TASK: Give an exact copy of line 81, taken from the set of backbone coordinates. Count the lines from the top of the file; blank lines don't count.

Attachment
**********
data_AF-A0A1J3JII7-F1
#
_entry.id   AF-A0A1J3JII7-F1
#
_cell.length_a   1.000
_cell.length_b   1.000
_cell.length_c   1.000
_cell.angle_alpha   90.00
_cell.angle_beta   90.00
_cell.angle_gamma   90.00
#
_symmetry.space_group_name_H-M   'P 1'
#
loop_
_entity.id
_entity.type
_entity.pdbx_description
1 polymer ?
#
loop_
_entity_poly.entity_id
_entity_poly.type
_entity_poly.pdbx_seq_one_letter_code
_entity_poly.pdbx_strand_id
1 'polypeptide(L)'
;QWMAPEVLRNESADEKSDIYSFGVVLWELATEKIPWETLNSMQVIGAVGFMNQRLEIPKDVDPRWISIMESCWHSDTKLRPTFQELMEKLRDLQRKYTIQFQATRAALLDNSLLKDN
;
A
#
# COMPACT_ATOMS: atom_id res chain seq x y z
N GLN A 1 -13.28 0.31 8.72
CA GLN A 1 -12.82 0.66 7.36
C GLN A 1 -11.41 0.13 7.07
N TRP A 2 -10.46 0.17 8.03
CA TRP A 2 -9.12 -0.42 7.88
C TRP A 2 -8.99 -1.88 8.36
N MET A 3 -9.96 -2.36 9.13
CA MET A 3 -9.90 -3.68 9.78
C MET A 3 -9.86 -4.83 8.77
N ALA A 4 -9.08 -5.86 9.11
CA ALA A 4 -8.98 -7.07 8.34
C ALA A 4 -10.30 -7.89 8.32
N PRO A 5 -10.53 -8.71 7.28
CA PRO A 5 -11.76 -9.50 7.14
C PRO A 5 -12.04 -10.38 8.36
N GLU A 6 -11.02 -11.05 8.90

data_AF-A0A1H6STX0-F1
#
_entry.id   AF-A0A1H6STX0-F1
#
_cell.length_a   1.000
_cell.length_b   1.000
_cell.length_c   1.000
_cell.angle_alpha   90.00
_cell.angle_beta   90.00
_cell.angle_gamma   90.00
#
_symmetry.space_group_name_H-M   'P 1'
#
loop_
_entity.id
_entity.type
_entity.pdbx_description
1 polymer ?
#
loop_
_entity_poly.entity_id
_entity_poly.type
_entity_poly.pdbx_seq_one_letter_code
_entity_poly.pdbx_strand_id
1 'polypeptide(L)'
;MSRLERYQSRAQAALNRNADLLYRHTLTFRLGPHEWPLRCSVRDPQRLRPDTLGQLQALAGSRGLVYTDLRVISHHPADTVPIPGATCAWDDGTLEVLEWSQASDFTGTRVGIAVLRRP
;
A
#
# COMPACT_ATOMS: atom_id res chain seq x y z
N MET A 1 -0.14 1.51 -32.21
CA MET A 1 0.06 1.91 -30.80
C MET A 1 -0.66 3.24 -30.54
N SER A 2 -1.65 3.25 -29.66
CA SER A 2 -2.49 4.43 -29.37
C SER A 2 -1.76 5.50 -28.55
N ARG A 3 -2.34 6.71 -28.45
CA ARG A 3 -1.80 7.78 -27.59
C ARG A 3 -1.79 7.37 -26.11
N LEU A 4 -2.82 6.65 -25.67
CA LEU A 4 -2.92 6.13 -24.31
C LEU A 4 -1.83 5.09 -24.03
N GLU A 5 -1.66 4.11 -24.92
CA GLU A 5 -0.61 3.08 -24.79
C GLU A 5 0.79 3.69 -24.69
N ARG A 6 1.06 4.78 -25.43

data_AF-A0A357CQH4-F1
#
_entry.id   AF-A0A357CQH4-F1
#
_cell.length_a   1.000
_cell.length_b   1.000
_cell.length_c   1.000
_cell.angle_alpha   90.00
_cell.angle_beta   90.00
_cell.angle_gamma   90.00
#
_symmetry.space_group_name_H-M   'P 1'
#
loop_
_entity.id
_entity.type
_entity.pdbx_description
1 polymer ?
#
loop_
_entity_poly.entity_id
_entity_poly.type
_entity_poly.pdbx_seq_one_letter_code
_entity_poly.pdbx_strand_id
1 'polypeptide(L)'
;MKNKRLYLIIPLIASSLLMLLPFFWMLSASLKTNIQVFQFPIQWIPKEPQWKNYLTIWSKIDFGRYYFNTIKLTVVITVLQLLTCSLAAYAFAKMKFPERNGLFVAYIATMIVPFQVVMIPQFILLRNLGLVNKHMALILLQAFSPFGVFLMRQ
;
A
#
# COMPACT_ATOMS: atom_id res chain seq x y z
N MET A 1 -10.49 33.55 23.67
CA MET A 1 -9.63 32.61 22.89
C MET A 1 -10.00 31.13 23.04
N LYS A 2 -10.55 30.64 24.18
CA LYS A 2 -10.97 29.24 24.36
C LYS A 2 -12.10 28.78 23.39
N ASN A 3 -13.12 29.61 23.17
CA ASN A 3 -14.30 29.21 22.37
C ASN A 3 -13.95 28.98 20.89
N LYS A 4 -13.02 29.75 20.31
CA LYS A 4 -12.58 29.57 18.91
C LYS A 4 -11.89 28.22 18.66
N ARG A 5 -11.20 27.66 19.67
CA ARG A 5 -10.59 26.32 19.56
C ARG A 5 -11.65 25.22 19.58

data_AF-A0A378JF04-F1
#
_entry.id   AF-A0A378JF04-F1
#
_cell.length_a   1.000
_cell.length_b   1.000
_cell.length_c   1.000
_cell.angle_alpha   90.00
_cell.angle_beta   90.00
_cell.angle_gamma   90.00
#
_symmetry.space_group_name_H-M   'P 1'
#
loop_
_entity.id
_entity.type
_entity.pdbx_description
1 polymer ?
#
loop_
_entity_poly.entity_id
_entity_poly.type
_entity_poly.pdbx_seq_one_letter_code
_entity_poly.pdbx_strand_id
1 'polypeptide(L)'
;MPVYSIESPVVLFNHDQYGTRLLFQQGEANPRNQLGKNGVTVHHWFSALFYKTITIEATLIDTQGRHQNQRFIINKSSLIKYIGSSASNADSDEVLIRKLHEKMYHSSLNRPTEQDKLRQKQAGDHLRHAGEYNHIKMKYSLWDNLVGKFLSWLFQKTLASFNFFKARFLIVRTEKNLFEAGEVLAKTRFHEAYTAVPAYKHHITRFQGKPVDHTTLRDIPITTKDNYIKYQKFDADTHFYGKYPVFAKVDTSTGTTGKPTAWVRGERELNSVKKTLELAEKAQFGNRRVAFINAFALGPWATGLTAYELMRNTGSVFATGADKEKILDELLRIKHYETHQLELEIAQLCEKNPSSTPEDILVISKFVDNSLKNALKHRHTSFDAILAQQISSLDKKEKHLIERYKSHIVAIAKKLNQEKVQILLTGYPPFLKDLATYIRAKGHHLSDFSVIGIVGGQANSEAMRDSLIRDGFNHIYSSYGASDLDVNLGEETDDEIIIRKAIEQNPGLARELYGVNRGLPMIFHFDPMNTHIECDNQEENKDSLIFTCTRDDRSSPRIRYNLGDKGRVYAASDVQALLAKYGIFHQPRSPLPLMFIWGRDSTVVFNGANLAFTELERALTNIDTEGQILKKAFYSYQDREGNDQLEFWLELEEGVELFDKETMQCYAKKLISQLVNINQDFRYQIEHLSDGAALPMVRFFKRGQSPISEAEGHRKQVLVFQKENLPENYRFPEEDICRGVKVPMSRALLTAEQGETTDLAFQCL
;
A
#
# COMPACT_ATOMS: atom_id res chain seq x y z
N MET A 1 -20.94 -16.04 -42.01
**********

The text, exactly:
CA SER A 2 -2.49 4.43 -29.37